That Democrat Gov. John Bel Edwards for more than two years deliberately misled the public and legislators concerning the death of black motorist Ronald Greene, even as early on it might have served his 2019 reelection campaign this also explains his general behavior since and signals what may come on an important issue.
With last week’s revelations that almost immediately after Greene’s death Edwards knew he died not in an accident but while in Louisiana State Police custody, it became clear Edwards had engaged in a pattern of deceit. Despite being inconceivable that Edwards didn’t know inappropriate use of force was the primary cause of Greene’s death as the incident triggered media reports, various investigations, and personnel actions by the LSP of which he would have been aware, he continued asserting the fiction through public fora and to lawmakers even until recently.
Knowing this makes Edwards’ actions since May 10, 2019 much more understandable. Strategic inaction on his part right after the incident when in the midst of a bruising campaign, if not a deliberate effort to keep himself ignorant of developments as the initial LSP story quickly became challenged and began to unravel prevented publicity adding to alleged sporadic LSP misconduct against blacks on his watch that critics could highlight as a failing of his tenure.
Had Edwards been made of sterner stuff, he wouldn’t have dispensed with the honor code of his alma mater that “A cadet will not lie, cheat, steal, or tolerate those who do” when it became inconvenient. If not hours after receiving the communique, then certainly days later when the Greene family alerted the media to earwitness testimony contradicting the LSP story, he publicly should have pledged a full and transparent investigation into why Greene died in custody. And he continues to thwart legal public records requests into the incident.
Simultaneously throughout his second term, Edwards increasingly has acted disengaged. For someone as arrogant and ambitious as he, analysts figured he wouldn’t voluntarily end his political career quietly. Yet he indicated relatively early on he had no plans for another elective office and seemed more interested in trying to latch onto the Democrat Pres. Joe Biden Administration.
We know now this likely came about as a consequence of the bubbling Greene incident scandal. In 2019, Edwards likely hoped it would come to nothing, but when into 2020 controversies arose about violence surrounding other blacks under arrest that raised the profile of such incidents in Louisiana, just after the Greene family launched a suit against the state it probably dawned on him that one day the truth about his unflattering actions would come out, making him unelectable in an environment where he would be an underdog to win in any event. His best chance lay in escape to the Biden Administration prior to that, but that never manifested and with these revelations that hope now is dead.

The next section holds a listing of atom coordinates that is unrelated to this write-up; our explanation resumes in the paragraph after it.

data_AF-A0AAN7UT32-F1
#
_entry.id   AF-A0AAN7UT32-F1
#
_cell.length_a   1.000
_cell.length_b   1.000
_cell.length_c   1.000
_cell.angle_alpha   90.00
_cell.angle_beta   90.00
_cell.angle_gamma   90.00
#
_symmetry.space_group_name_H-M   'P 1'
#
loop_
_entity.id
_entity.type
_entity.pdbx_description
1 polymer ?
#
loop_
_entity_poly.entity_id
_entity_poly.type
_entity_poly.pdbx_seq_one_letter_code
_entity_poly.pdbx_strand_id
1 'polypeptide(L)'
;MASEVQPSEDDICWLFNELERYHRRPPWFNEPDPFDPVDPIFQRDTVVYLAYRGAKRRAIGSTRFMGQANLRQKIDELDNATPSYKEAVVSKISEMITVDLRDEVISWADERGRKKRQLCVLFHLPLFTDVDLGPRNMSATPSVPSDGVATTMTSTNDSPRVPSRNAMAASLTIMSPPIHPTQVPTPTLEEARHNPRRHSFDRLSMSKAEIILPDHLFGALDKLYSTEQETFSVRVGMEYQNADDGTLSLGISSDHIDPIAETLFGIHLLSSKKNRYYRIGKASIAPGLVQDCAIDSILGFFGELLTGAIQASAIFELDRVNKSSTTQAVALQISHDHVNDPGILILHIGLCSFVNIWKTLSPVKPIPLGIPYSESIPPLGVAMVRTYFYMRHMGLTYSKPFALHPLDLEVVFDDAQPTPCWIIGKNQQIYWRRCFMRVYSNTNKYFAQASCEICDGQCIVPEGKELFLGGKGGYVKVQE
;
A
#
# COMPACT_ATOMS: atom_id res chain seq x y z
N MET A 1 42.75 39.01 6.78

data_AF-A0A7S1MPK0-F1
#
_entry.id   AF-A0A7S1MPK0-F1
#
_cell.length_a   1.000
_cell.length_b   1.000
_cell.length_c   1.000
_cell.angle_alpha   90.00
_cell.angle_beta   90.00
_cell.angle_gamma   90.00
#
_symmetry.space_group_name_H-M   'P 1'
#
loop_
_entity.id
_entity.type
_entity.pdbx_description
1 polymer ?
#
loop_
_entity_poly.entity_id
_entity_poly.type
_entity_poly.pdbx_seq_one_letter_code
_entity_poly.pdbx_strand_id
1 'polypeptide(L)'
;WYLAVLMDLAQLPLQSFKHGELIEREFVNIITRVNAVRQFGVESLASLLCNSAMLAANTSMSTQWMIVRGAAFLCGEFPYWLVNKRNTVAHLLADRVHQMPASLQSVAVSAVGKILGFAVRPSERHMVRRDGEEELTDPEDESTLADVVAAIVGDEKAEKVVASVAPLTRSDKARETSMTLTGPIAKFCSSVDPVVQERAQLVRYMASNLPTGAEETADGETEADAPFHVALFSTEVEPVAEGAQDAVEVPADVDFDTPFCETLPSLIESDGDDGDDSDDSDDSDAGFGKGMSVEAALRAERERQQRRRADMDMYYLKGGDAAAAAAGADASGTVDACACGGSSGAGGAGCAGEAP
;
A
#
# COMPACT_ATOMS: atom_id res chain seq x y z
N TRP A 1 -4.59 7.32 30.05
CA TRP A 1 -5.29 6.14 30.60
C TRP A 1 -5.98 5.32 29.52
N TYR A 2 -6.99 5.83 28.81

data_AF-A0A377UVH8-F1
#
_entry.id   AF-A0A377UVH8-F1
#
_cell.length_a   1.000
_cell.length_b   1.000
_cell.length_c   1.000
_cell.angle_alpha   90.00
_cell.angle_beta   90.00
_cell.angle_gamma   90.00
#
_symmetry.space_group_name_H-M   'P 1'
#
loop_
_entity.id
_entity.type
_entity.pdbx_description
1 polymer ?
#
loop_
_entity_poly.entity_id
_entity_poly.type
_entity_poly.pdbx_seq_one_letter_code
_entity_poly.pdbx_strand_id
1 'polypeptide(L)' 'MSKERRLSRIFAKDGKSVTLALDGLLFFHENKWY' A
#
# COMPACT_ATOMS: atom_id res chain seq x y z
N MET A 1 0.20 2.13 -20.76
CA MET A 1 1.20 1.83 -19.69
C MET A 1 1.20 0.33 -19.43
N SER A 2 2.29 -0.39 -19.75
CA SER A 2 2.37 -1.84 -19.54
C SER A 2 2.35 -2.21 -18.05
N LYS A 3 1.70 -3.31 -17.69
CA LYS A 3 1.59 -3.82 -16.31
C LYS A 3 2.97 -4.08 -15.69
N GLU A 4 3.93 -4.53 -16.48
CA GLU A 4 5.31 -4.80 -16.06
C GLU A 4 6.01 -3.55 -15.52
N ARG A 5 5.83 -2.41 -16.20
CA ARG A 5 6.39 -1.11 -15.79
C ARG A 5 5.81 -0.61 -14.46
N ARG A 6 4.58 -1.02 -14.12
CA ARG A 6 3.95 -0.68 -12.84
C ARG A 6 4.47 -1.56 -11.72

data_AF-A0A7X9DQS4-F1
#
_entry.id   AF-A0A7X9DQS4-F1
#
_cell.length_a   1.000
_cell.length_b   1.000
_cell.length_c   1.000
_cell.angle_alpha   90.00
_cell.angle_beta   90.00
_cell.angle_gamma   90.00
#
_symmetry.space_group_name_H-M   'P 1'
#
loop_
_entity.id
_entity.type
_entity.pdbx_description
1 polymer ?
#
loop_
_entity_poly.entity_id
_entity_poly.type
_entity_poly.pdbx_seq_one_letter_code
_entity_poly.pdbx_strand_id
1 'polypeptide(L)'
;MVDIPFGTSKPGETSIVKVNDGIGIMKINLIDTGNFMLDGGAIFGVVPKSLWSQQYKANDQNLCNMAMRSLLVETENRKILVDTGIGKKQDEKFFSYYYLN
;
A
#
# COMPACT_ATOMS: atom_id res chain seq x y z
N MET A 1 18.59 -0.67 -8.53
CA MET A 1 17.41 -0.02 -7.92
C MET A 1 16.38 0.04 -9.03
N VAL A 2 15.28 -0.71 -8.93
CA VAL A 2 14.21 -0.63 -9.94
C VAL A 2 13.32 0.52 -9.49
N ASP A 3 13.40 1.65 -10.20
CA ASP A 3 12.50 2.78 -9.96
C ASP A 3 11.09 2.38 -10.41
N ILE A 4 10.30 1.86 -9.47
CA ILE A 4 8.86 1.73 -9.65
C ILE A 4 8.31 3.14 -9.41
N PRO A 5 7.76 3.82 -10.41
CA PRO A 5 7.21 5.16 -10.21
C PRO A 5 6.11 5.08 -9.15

Also explained is the more stridently woke and leftist attitude he portrayed starting last year. Edwards sold himself to voters under the time-honored Democrat strategy that if you could convince them you were a social conservative, enough of them who were skeptical of big government would overlook that aspect of his agenda. But in 2021 he went full-on woke by threatening to veto a bill to prevent harm to children, and actually vetoed ones that prohibited discrimination against female athletes on account of biology and carrying concealed firearms without need of a permit – poisonous actions for someone running for statewide office in Louisiana, although attractive to the Biden Administration. Again, in light of him knowing what he knew when and eventually realizing the inevitability it would come out, Edwards felt freer to thine own self be true by these actions since he understood his elective career would be finished in any event by future revelations.
However, timing of the revelations has impacted the next big issue facing Edwards and the state: reapportionment. Already thin on political capital, Edwards hasn’t firmly backed using the leverage of his veto power to ensure that the state draws – even if likely producing an unconstitutional result – two majority/minority districts for Congress. This makes sense if you’re waiting for the other shoe to drop, especially since you know you have a losing hand as ultimately the Constitution ensures the majority Republican Legislature aided by a majority Republican Supreme Court will get whatever way it wants.
But with the other shoe dropping, the dynamics have shifted. With more of his political capital now going up the road, there’s no need to play it quietly. Subtlety no longer gets the best deals on congressional, legislative, and potentially other map redraws, as brashness becomes more likely to succeed as capital dwindles. Plus, Louisiana Legislative Black Caucus members gave him an earful about the ongoing Greene scandal, so he will want to placate them. As a result he may become much more publicly pugnacious and strident in supporting added M/M districts for several mapping exercises.
If so, this will drag out the process considerably as the escalated conflict plays through the system – which is perhaps what Edwards wants, because as long as he can cast himself not as the get-along-go-along guy who went along with an LSP coverup but as a crusader for minority representation, the more black legislators and party insiders will rally around him and fight to keep him from impeachment or to give hm moral support in resisting calls to resign. As he scrambles to save his job and tries to entice history to paint him as a champion of minorities, not as the enabler of police misconduct against them, expect him to become the source of more political contention.